Analysis: Arafat is winning

MARTIN WALKER, Chief International Correspondent

WASHINGTON, March 4 (UPI) -- The deaths of 22 Israelis in a 12-hour period over the weekend were a tactical disaster, a humiliation for the Israeli armed forces. But far more seriously in the long term, the deaths threaten a strategic defeat for prime minister Ariel Sharon.

Now in its third month, the siege of Palestinian Authority leader Yasser Arafat in his Ramallah compound was intended to ram home, as bluntly as politically possible, Sharon's belief that Arafat had become "irrelevant" to the future of the Middle East.


But Sharon has failed. Arafat is now more relevant than ever -- courtesy of the Israeli armed forces.

For the Arab world, Arafat is not just relevant but crucial. The new Saudi peace plan will not even be formally presented at the Arab summit in Beirut later this month unless Arafat is released from his siege and allowed to travel to Lebanon to hear it, the Saudis told the Palestinian Authority Monday.

He is relevant for Palestinians. Arafat's opinion poll ratings among Palestinians have soared from below 30 percent then to almost 70 percent now. Sharon's own poll ratings among Israelis have plunged over the same period. The latest Globe-Smith poll showed two-thirds of respondents, 67 percent, giving the Sharon government a negative grade for its handling of the security-diplomatic situation, and 75% giving it a negative grade for its overall performance.


Arafat's targeting by Sharon has given him something close to martyr status; under siege but defiant as a symbol of Palestinian nationhood, Arafat has -- as so often in his past -- turned weakness into strength and used his tactical defeat to achieve a strategic victory.

Arafat is even stronger because Sharon has destroyed the military leadership of Hamas, the militant fundamentalist group whose suicide bombers had made the organization into Arafat's rivals for influence among the Palestinian people. By its targeted assassinations of Hamas chieftains, Israel has allowed Arafat's own loyalists in the Fatah organization and the Al-Aqsa brigades to become once again the spearhead of the Palestinian resistance.

Palestinians are heartened, believing that the initiative is now theirs, that the latest wave of Intifada is inflicting such draining casualties on the Israelis that Israel cannot sustain the struggle. Each new statement by Israeli reservists that they will not serve on the West Bank or Gaza is hailed by Palestinians as proof that Israel's morale is cracking.

The Israelis are becoming demoralized, divided again between hawks and doves, uncertain whether security lies in crushing the Palestinians or negotiating with them. The Council for Peace and Security, a group of 1,000 reserve generals, colonels, and intelligence officials, calls for a unilateral Israeli withdrawal from all of Gaza and most of the West Bank and immediate peace talks with the Palestinians.


By contrast, hawkish civilians like Justice Minister Meir Sheetrit demand "an iron first -- no games. And if that doesn't help we have to use even harsher steps and declare a full-scale war against them."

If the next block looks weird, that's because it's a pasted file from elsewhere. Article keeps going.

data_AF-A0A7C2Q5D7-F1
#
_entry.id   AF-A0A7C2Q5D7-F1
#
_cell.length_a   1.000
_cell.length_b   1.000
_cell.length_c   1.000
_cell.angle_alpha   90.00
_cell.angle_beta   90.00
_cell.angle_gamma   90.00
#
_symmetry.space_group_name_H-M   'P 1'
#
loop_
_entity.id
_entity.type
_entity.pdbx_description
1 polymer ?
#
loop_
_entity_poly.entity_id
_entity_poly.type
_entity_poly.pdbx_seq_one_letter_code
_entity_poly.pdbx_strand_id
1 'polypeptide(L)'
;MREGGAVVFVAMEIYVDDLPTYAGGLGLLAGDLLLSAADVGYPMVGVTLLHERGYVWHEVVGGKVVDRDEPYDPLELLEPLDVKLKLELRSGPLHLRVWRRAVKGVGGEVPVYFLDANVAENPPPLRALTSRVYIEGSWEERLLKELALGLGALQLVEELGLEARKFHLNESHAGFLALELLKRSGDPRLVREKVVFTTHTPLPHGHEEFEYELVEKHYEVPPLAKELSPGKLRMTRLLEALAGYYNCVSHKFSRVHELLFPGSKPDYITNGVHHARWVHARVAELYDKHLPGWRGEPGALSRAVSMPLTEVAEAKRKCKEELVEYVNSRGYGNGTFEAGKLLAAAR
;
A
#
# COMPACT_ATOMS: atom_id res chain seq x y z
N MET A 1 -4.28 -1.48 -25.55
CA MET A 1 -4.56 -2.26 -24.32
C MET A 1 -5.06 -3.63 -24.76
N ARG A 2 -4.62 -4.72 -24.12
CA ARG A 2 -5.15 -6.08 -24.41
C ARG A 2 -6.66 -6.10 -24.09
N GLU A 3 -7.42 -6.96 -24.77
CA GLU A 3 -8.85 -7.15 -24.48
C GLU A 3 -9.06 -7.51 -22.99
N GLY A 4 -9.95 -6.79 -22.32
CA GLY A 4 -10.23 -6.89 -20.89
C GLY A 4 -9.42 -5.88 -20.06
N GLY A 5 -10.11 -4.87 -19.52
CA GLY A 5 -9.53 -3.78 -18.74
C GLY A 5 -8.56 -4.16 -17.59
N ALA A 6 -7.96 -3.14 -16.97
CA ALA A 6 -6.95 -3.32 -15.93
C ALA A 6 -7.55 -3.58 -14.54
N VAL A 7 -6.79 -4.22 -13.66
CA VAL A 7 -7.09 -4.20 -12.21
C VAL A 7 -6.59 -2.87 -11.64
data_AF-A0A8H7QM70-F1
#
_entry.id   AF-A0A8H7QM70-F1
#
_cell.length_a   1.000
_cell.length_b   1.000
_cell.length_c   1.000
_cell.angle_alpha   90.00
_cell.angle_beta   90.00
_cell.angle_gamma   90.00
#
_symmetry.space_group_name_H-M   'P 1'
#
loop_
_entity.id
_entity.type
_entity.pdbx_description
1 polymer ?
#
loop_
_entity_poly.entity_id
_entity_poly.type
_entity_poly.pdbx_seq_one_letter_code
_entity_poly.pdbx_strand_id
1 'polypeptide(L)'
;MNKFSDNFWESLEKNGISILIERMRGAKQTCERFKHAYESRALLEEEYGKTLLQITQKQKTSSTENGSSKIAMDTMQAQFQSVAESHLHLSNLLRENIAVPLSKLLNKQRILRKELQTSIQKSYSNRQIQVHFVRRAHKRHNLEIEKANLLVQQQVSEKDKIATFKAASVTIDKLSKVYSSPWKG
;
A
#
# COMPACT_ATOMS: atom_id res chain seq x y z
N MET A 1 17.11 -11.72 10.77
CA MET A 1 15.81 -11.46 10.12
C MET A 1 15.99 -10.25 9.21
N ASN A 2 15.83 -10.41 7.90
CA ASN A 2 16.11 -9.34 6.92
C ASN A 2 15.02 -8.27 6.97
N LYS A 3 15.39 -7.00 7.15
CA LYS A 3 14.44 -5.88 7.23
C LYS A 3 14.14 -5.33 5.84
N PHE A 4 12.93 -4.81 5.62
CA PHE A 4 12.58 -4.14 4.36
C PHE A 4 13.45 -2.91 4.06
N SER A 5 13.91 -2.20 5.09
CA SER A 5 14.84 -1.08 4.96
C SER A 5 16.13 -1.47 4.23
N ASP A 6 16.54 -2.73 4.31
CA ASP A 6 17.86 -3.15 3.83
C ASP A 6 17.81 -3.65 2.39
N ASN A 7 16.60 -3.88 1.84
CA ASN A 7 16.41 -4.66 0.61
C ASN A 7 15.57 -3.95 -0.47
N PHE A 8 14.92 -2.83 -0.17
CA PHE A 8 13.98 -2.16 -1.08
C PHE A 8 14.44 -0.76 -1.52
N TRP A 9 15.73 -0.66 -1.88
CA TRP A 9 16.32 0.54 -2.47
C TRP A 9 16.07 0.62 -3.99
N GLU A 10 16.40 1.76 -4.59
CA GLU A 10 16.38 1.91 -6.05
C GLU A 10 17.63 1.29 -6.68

The Israeli Defense Force, reeling from its casualties and frustrated at its own ineffectiveness, is being publicly condemned by its own cabinet ministers.

"Is this the best you can propose, after 22 deaths in 12 hours?" Shlomo Benizri, Minister of Labor and Social Affairs, demanded of army chief of staff General Shaul Mofaz during the latest emergency meeting of Israel's security cabinet. "What's happening to us militarily, what's happening to our security is simply unbelievable."

The war is everywhere, on the streets of Jerusalem, in the nightclubs of Tel Aviv, at the checkpoints and in the West Bank towns, in the tunnels the Palestinians have dug beneath Gaza and now in the Palestinian refugee camps of Balata and Nur e-Shams. And meanwhile the sniping and killings continue all around the settlements Israeli have built and occupied in the last two decades.

"Israel is like a car in an intersection getting hit from all sides," says retired Major General Oren Shachor, who now advocates a full-scale Israeli military re-occupation of all Palestinian territories and the destruction of the Palestinian Authority.


This idea of annulling what few gains remain from the Oslo peace process may seem tempting. But it would divide Israeli opinion even more deeply, outrage much of world opinion and infuriate the vital American ally by hugely complicating Washington's relations with the Arab world.

The Palestinians have seen this moment coming for months. Last October Marwan Barhouthi, the Fatah leader on the West Bank, in an interview with Israeli columnist Nahum Barnea, noted that Sharon has ridden to power "on a security horse, and I said, we will break this horse of his."

The Palestinians are convinced the horse is breaking. By refusing to be defeated, Arafat is starting to win again.

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